To educate, entertain, and enthuse those who venture beyond the shore. Over 14,451 articles on solo swims, pro races, relays, charity events, ice swims, eco-swims, stage swims, marathon swims, trends, products, services, personalities, coaches, governing bodies, rules, demographics, books, films, blogs, conferences, camps, clinics and happenings in oceans, seas, lakes, rivers, dams, canals, channels, fjords, estuaries, lochs, coves, firths, straits, bays, and harbors. Sponsored by WOWSA.org.
Sunday, May 18, 2014
Swimming As Samurai
At the International Aquatic History Symposium and Film Festival in 2012, Professor Atsunori Matsui, Professor Toshiaki Goya, and Hiroyasu Satake presented a paper entitled ￼The History and Problem of Swimming Education in Japan.*
The aquatic researchers noted that swimming has long been performed in the island nation of Japan by the samurai warriors.
But it was a tragic sinking of a passenger boat in 1955 where 168 people drowned that spurred a nationwide building of swimming pools at schools in 1961. The Ministry of Education defined and encouraged the teaching of freestyle and breaststroke.
The construction program was largely successful with 86.7% of elementary schools, 73% of junior high schools, and 64.5% of high schools in Japan with their own pools and swimming as a compulsory subject in public education.
While children and teenagers throughout Japan learn how to swim in school, swimming was a matter of military necessity in previous centuries. Between the 15th and 17th century, warriors occasionally swam with their armor and helmet. Between the 17th and 19th centuries, swimming was passed along by military personnel who had to navigate through the rivers, seas, and lakes of Japan. Those traditions are kept alive by the Japanese Swimming Federation that authorizes 28 traditional styles of swimming as “Nihon-eiho” (Japanese style of swimming).
Professor Matsui explains that in the Japanese swimming textbooks of earlier times, the Japanese taught simple things (e.g., how to put swimsuit on), technical strokes (e.g., sidestroke, freestyle with scissors kick), survival skills (e.g., how to stay afloat, how to dive, how to recover from cramping), and open water navigational issues (e.g., how to go through waves and how to swim out of currents and eddies).
In 1968, swimming was recognized as an important physical exercise in school due to the revision of curriculum guidelines by the Ministry of Education. It is required in elementary school and by the time they are in junior high school and senior high school, they are also taught backstroke, butterfly, and the individual medley.
Photo above shows Jigoro Kano (1860-1938), the founder of Judo and first Asian member of the International Olympic Committee. He also served as director of primary education for the Japanese Ministry of Education who insisted on the importance of the swimming education and made it with a compulsory subject in a teacher-training curriculum.
* Refer to the presentation ￼'The History and Problem of Swimming Education in Japan' here.
Copyright © 2014 by World Open Water Swimming Association
A Thank You Gift from WOWSA
|WOWSA is celebrating the|
1-Year Anniversary of the monthly Open Water Swimming Magazine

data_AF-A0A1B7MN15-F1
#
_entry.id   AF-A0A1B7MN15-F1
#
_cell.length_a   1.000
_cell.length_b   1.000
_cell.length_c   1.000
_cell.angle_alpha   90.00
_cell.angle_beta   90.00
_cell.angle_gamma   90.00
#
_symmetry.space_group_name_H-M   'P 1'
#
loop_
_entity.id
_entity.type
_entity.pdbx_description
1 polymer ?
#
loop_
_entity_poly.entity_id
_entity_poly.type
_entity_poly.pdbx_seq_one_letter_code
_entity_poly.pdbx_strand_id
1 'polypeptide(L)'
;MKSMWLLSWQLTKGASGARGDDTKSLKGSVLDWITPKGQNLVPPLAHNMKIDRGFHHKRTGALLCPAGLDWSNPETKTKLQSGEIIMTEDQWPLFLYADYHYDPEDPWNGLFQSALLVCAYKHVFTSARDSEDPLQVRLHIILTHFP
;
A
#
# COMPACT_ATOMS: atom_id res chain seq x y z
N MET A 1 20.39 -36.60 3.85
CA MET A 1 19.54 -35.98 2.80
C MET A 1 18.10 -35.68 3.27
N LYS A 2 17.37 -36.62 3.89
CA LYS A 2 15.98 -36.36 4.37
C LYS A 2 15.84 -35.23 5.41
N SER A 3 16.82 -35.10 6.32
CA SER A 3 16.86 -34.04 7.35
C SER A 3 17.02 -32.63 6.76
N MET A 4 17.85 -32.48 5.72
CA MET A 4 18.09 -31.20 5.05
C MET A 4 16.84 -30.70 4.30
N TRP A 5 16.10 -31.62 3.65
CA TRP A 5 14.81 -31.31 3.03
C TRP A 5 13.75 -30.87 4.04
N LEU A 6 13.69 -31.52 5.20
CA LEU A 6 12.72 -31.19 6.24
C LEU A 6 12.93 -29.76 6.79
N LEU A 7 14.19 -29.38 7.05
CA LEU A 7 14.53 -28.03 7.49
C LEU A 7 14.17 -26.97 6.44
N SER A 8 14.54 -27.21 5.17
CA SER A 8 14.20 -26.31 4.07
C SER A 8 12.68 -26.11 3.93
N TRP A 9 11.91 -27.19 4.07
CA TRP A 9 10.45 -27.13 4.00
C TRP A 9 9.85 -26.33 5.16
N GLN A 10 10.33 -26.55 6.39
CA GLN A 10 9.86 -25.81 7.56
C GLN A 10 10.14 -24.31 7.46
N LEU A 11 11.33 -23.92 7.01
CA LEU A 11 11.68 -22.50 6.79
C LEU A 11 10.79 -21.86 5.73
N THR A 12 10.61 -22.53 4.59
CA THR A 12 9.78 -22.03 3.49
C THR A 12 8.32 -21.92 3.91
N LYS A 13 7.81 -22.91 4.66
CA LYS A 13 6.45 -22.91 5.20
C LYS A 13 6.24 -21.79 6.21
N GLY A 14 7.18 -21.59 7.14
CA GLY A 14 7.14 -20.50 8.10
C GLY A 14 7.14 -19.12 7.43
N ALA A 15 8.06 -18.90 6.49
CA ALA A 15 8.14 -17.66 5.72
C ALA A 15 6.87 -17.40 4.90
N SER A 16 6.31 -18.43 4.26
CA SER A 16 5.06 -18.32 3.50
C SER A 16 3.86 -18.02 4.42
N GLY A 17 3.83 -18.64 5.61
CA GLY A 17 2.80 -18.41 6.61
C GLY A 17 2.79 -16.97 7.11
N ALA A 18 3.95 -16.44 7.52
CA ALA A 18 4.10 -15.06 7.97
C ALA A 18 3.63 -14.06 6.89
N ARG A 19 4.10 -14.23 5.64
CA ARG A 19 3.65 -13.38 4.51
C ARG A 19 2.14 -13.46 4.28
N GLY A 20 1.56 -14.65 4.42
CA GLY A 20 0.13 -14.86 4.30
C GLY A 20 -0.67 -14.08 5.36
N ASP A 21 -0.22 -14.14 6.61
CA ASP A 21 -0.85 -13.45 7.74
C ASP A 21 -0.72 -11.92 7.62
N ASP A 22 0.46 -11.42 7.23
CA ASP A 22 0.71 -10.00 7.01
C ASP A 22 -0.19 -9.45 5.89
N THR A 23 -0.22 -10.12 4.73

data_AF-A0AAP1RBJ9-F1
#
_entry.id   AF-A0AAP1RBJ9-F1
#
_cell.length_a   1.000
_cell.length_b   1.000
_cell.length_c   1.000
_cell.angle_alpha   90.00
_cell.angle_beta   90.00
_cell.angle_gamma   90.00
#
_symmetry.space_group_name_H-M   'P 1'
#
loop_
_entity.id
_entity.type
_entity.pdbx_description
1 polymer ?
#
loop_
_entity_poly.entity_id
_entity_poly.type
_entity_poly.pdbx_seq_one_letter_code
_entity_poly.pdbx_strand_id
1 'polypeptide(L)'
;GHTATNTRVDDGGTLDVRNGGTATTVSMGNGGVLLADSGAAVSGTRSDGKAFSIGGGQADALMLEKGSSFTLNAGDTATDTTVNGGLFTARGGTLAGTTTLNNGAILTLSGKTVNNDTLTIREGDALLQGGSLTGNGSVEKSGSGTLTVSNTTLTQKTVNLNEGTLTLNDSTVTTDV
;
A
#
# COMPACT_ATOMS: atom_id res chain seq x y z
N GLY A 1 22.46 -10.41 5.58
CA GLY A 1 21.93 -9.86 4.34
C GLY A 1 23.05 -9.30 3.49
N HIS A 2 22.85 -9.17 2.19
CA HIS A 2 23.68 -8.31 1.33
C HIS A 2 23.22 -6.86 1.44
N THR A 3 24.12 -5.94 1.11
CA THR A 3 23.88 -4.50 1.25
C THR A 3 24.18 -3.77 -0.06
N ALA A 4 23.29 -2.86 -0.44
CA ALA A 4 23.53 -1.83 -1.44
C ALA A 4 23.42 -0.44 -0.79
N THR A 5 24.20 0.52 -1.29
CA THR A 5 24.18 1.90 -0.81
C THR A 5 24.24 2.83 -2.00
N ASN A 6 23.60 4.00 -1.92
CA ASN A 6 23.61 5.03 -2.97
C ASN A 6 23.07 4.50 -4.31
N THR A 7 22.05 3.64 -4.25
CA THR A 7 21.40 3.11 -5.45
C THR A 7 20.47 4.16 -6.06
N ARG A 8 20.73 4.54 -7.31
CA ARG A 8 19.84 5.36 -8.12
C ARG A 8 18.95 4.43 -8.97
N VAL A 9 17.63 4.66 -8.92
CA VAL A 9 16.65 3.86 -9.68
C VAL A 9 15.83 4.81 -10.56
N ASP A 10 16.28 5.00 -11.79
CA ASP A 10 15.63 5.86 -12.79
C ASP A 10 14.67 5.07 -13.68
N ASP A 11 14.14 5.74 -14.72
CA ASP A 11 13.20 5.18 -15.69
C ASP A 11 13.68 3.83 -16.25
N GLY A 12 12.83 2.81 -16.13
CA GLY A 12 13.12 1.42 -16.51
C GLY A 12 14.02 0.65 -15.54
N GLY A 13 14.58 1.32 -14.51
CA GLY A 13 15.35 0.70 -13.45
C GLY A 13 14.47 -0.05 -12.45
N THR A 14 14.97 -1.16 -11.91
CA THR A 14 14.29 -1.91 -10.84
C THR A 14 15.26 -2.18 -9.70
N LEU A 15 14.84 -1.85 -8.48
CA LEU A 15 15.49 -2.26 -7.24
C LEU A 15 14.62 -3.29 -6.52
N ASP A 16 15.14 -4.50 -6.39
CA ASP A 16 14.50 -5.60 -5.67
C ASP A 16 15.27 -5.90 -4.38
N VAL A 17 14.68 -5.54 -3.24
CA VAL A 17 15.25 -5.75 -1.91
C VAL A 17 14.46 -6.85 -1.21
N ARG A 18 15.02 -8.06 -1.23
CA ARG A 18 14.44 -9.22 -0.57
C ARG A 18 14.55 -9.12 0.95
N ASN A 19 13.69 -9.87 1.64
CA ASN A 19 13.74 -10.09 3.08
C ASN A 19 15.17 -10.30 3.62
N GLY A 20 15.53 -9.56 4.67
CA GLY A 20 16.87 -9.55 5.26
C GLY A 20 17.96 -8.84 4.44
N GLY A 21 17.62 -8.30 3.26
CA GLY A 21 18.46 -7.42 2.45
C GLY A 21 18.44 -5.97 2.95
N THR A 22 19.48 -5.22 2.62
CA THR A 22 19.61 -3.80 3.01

by giving you a free copy of the anniversary issue.
Open Water Swimming Magazine Anniversary Issue
File Size: 13MB
Download the file to your computer, and then right-click to extract the magazine which is inside the zip folder. The magazine is in PDF format.
CLICK HERE to download your free copy now.
Open Water Swimming Magazine
Open Water Swimming MagazineThe Open Water Swimming Magazine is the monthly magazine entirely focused on open water swimming heroes and heroines of every age, ability, and background. Published by the World Open Water Swimming Association, the Open Water Swimming Magazine is a free benefit to WOWSA members.
WOWSA Member Benefits include 12 issues of the Open Water Swimming Magazine, the annual 276-page Open Water Swimming Almanac, a free listing in Sponsor My Swim, outstanding product discounts from FINIS, an entry in Openwaterpedia and more...
The Other Shore
The Other Shore follows world record holder and legendary swimmer Diana Nyad as she comes out of a thirty-year retirement to re-attempt an elusive dream: swimming 103 miles non-stop from Cuba to Florida without the use of a shark cage. Her past and present collide in her obsession with a feat that nobody has ever accomplished. At the edge of The Devil’s Triangle, tropical storms, sharks, venomous jellyfish, and one of the strongest ocean currents in the world, all prove to be life-threatening realities. Timothy Wheeler’s documentary brings Diana Nyad’s extraordinary adventure to life as Diana sets out to prove that will and determination are all you need to make the unimaginable possible.
2014 Open Water Swimming Almanac
An Almanac for Open Water SwimmingAn almanac is essentially a body of knowledge which is so complete that it enables people in different fields to make predictions about the future of their respective industries.
This, for example, was the purpose of the traditional farmers almanacs. It enabled farmers to determine as accurately as possible which crops to plant for the greatest harvests in a given year.
But the farmers almanac was just one example among many.
There are, of course, many different kinds of almanacs.
In fact, there is even one for open water swimming...
Preview the Open Water Swimming Almanac:
The trends are very clear.
The tide is rising for open water swimming.